The assumption of power by computers


A production by zb Media for ZDF 2017 (43 minutes).

Screenplay: Stephan Bleek, Peter Kocyla.

Director: Peter Kocyla.

Camera and editing: Wanja Nolte.

Especially in Germany, people are often sceptical about innovations. In the 1950s it was television, in the 1980s personal computers, in the 1990s the Internet and today smartphones and social networks. The fears and warnings of that time are amazingly similar! In the historical review it becomes clear that 1.) it came differently, and 2.) than one thought.

Critics of  computerisation

The critics in the 1970s were quite right: computers and industrial robots have displaced thousands of jobs that are irretrievably lost until today. At the same time, increased productivity has created hundreds of thousands of new jobs. It is all the more interesting when hackers in the 1980s discuss whether it would be desirable for all computers to be “networked” with each other – because even then it was possible to dial into other computers via telephone and acoustic coupler. Data protection was a hot topic at the time. The ghost of Orwells was conjured up in 1984.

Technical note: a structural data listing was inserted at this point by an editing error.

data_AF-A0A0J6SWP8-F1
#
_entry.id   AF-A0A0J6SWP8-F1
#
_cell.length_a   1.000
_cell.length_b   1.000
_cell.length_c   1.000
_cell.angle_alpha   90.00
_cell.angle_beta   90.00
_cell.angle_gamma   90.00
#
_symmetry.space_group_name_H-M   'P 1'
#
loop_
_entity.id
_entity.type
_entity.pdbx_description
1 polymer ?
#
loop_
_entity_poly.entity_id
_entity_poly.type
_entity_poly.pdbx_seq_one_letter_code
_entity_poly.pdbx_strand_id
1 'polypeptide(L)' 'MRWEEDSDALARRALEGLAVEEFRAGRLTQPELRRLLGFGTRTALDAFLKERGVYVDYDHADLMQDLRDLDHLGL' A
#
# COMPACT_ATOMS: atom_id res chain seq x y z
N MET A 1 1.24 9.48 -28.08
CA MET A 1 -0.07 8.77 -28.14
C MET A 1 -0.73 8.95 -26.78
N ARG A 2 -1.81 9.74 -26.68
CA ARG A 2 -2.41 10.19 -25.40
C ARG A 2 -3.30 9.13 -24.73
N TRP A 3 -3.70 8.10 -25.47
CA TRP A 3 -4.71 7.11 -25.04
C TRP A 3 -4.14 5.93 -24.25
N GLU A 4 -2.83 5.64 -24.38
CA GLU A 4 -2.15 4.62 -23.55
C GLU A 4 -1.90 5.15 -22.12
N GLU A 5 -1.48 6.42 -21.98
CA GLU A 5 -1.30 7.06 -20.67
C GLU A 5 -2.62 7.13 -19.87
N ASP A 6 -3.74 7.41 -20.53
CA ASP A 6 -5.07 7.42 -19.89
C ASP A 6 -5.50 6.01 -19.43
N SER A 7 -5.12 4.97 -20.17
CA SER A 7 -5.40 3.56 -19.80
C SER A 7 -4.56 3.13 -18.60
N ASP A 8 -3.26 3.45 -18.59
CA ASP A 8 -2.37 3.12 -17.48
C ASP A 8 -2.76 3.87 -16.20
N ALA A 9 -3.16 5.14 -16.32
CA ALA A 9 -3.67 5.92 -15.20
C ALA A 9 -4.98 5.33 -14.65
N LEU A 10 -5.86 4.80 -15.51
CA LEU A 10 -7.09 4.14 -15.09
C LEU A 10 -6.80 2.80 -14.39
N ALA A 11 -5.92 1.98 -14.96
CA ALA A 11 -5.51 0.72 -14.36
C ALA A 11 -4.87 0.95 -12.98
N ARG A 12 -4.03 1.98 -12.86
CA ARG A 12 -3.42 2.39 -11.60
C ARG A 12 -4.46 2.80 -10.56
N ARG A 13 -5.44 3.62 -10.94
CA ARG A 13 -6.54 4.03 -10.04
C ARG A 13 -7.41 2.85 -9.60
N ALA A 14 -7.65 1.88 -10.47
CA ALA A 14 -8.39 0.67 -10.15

The wind of change

Then, in 1989, the Berlin Wall fell. The classic totalitarian state disappeared – at least in Europe. Paradoxically, more personal data is available on the Internet today than ever before in history. And this data is being used, as we have known since Snowden at the latest. It is all the more astonishing how comparatively carefree one is today in disclosing one’s private data. Voluntarily. That was completely different at the time of the 1983 census. And yet our world today cannot be compared to Orwell’s “1984”.

The end of privacy?

Is there a way back at all? Is better data protection the solution? Do the old rules still help at all? Or should one rather escape to the front and make the data accessible to everyone? Our film spans an arc from the 60s, through the 80s to the 90s until today. The aim is to show the developments and changes that have taken place as a result of the digital revolution – without blinkers, without trying to follow the same patterns of pessimism and social criticism, but still reflecting on them – and with a historical perspective that allows some things to appear in a whole new light. Just as today we look amusedly at discussions that took place 20 years ago on the Internet, today we have to ask ourselves how future generations will judge us when we discuss smartphones, Facebook and the like.

Will people smile leniently in 30 years’ time at the fact that people used to be afraid to sit in self-propelled cars? What will “privacy” look like in the future? Is this future dark or bright? Or in the end… quite different?